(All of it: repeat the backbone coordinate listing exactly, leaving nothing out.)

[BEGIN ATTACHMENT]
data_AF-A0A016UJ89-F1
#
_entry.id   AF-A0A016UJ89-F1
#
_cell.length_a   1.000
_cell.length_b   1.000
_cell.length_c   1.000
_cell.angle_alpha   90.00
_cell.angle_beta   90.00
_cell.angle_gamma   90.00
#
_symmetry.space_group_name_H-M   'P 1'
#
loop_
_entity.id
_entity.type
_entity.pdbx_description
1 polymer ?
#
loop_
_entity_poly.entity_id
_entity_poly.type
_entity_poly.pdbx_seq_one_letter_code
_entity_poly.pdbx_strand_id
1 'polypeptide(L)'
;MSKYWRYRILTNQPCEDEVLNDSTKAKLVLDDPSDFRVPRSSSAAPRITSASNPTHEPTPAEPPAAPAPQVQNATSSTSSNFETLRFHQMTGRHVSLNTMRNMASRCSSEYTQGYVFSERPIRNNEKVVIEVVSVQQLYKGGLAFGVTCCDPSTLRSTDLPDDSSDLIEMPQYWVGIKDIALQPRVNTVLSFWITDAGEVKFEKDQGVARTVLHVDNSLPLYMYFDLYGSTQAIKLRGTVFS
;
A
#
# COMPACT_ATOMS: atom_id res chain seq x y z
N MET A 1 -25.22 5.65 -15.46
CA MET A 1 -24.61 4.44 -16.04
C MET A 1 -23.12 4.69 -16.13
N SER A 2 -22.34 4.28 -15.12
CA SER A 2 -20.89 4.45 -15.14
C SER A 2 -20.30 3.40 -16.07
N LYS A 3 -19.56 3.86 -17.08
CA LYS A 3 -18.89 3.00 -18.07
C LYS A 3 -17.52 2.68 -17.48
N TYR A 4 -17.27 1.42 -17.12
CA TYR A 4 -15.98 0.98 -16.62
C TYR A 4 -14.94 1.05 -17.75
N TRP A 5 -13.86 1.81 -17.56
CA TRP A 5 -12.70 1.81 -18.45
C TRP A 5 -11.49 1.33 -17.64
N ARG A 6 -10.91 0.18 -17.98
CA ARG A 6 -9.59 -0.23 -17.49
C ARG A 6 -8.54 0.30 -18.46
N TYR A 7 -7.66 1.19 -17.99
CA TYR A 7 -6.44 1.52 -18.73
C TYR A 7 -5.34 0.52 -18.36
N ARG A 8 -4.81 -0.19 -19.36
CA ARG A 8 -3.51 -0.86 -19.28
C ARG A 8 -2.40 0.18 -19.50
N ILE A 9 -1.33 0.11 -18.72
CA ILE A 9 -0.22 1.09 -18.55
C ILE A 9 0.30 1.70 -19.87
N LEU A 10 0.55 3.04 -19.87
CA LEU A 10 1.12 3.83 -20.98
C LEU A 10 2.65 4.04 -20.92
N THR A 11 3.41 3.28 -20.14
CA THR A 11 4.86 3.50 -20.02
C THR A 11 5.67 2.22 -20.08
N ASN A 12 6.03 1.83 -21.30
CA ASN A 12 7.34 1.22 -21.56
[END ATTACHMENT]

data_AF-A0A016UJ89-F1
#
_entry.id   AF-A0A016UJ89-F1
#
_cell.length_a   1.000
_cell.length_b   1.000
_cell.length_c   1.000
_cell.angle_alpha   90.00
_cell.angle_beta   90.00
_cell.angle_gamma   90.00
#
_symmetry.space_group_name_H-M   'P 1'
#
loop_
_entity.id
_entity.type
_entity.pdbx_description
1 polymer ?
#
loop_
_entity_poly.entity_id
_entity_poly.type
_entity_poly.pdbx_seq_one_letter_code
_entity_poly.pdbx_strand_id
1 'polypeptide(L)'
;MSKYWRYRILTNQPCEDEVLNDSTKAKLVLDDPSDFRVPRSSSAAPRITSASNPTHEPTPAEPPAAPAPQVQNATSSTSSNFETLRFHQMTGRHVSLNTMRNMASRCSSEYTQGYVFSERPIRNNEKVVIEVVSVQQLYKGGLAFGVTCCDPSTLRSTDLPDDSSDLIEMPQYWVGIKDIALQPRVNTVLSFWITDAGEVKFEKDQGVARTVLHVDNSLPLYMYFDLYGSTQAIKLRGTVFS
;
A
#
# COMPACT_ATOMS: atom_id res chain seq x y z
N MET A 1 -25.22 5.65 -15.46
CA MET A 1 -24.61 4.44 -16.04
C MET A 1 -23.12 4.69 -16.13
N SER A 2 -22.34 4.28 -15.12
CA SER A 2 -20.89 4.45 -15.14
C SER A 2 -20.30 3.40 -16.07
N LYS A 3 -19.56 3.86 -17.08
CA LYS A 3 -18.89 3.00 -18.07
C LYS A 3 -17.52 2.68 -17.48
N TYR A 4 -17.27 1.42 -17.12
CA TYR A 4 -15.98 0.98 -16.62
C TYR A 4 -14.94 1.05 -17.75
N TRP A 5 -13.86 1.81 -17.56
CA TRP A 5 -12.70 1.81 -18.45
C TRP A 5 -11.49 1.33 -17.64
N ARG A 6 -10.91 0.18 -17.98
CA ARG A 6 -9.59 -0.23 -17.49
C ARG A 6 -8.54 0.30 -18.46
N TYR A 7 -7.66 1.19 -17.99
CA TYR A 7 -6.44 1.52 -18.73
C TYR A 7 -5.34 0.52 -18.36
N ARG A 8 -4.81 -0.19 -19.36
CA ARG A 8 -3.51 -0.86 -19.28
C ARG A 8 -2.40 0.18 -19.50
N ILE A 9 -1.33 0.11 -18.72
CA ILE A 9 -0.22 1.09 -18.55
C ILE A 9 0.30 1.70 -19.87
N LEU A 10 0.55 3.04 -19.87
CA LEU A 10 1.12 3.83 -20.98
C LEU A 10 2.65 4.04 -20.92
N THR A 11 3.41 3.28 -20.14
CA THR A 11 4.86 3.50 -20.02
C THR A 11 5.67 2.22 -20.08
N ASN A 12 6.03 1.83 -21.30
CA ASN A 12 7.34 1.22 -21.56